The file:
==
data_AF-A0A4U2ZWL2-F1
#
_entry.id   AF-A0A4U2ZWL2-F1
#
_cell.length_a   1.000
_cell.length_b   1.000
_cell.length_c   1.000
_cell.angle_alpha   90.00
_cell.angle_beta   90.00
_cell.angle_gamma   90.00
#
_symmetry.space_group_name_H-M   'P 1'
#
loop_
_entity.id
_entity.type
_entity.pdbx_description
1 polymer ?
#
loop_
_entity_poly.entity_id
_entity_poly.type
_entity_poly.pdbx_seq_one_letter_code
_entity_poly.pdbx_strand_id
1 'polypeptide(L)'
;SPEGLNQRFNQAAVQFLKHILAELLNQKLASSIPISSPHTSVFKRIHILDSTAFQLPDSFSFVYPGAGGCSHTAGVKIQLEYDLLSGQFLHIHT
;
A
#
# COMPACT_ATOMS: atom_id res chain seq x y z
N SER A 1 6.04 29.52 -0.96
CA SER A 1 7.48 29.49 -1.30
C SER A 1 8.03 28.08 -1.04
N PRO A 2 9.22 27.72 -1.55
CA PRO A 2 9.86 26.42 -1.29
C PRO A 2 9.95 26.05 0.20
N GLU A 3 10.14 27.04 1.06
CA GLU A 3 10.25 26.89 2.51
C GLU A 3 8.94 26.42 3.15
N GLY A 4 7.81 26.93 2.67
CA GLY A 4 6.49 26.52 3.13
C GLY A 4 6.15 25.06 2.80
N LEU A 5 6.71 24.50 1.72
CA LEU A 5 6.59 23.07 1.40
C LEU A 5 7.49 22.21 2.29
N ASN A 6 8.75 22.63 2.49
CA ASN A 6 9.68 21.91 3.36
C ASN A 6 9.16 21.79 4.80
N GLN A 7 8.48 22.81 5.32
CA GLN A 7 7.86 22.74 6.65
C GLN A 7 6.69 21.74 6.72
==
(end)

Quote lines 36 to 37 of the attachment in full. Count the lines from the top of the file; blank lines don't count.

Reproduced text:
C PRO A 2 9.95 26.05 0.20
N GLU A 3 10.14 27.04 1.06